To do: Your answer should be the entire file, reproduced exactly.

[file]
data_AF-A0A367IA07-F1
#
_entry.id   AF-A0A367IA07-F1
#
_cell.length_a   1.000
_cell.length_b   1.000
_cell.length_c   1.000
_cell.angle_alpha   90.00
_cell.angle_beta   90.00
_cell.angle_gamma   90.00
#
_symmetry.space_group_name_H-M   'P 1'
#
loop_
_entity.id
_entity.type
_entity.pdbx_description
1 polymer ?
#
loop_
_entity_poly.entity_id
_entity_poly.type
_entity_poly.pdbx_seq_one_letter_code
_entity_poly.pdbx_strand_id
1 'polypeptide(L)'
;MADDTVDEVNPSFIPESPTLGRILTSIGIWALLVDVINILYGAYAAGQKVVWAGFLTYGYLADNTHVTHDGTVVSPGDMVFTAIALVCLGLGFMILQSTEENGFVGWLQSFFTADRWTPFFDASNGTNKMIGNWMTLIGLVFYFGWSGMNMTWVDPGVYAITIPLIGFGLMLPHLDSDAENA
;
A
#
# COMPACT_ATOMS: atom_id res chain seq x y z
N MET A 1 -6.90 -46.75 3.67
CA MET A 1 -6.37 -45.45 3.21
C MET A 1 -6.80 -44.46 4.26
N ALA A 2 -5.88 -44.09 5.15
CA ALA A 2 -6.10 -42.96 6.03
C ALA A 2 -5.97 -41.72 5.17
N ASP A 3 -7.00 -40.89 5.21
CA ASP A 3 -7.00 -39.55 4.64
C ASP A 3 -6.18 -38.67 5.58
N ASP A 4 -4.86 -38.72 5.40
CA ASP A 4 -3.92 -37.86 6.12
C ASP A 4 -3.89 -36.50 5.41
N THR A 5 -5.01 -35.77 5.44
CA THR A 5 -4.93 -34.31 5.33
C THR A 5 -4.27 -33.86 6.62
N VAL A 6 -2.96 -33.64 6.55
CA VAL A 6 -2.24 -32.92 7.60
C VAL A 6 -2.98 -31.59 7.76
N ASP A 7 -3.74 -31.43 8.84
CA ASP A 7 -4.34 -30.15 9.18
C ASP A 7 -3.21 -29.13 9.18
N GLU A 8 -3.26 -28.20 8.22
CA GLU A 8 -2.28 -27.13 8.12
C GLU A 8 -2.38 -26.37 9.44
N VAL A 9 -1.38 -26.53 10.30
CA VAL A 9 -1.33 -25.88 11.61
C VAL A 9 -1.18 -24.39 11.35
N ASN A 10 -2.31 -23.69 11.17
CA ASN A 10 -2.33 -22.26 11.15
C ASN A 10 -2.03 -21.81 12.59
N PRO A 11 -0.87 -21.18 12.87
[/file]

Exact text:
data_AF-A0A367IA07-F1
#
_entry.id   AF-A0A367IA07-F1
#
_cell.length_a   1.000
_cell.length_b   1.000
_cell.length_c   1.000
_cell.angle_alpha   90.00
_cell.angle_beta   90.00
_cell.angle_gamma   90.00
#
_symmetry.space_group_name_H-M   'P 1'
#
loop_
_entity.id
_entity.type
_entity.pdbx_description
1 polymer ?
#
loop_
_entity_poly.entity_id
_entity_poly.type
_entity_poly.pdbx_seq_one_letter_code
_entity_poly.pdbx_strand_id
1 'polypeptide(L)'
;MADDTVDEVNPSFIPESPTLGRILTSIGIWALLVDVINILYGAYAAGQKVVWAGFLTYGYLADNTHVTHDGTVVSPGDMVFTAIALVCLGLGFMILQSTEENGFVGWLQSFFTADRWTPFFDASNGTNKMIGNWMTLIGLVFYFGWSGMNMTWVDPGVYAITIPLIGFGLMLPHLDSDAENA
;
A
#
# COMPACT_ATOMS: atom_id res chain seq x y z
N MET A 1 -6.90 -46.75 3.67
CA MET A 1 -6.37 -45.45 3.21
C MET A 1 -6.80 -44.46 4.26
N ALA A 2 -5.88 -44.09 5.15
CA ALA A 2 -6.10 -42.96 6.03
C ALA A 2 -5.97 -41.72 5.17
N ASP A 3 -7.00 -40.89 5.21
CA ASP A 3 -7.00 -39.55 4.64
C ASP A 3 -6.18 -38.67 5.58
N ASP A 4 -4.86 -38.72 5.40
CA ASP A 4 -3.92 -37.86 6.12
C ASP A 4 -3.89 -36.50 5.41
N THR A 5 -5.01 -35.77 5.44
CA THR A 5 -4.93 -34.31 5.33
C THR A 5 -4.27 -33.86 6.62
N VAL A 6 -2.96 -33.64 6.55
CA VAL A 6 -2.24 -32.92 7.60
C VAL A 6 -2.98 -31.59 7.76
N ASP A 7 -3.74 -31.43 8.84
CA ASP A 7 -4.34 -30.15 9.18
C ASP A 7 -3.21 -29.13 9.18
N GLU A 8 -3.26 -28.20 8.22
CA GLU A 8 -2.28 -27.13 8.12
C GLU A 8 -2.38 -26.37 9.44
N VAL A 9 -1.38 -26.53 10.30
CA VAL A 9 -1.33 -25.88 11.61
C VAL A 9 -1.18 -24.39 11.35
N ASN A 10 -2.31 -23.69 11.17
CA ASN A 10 -2.33 -22.26 11.15
C ASN A 10 -2.03 -21.81 12.59
N PRO A 11 -0.87 -21.18 12.87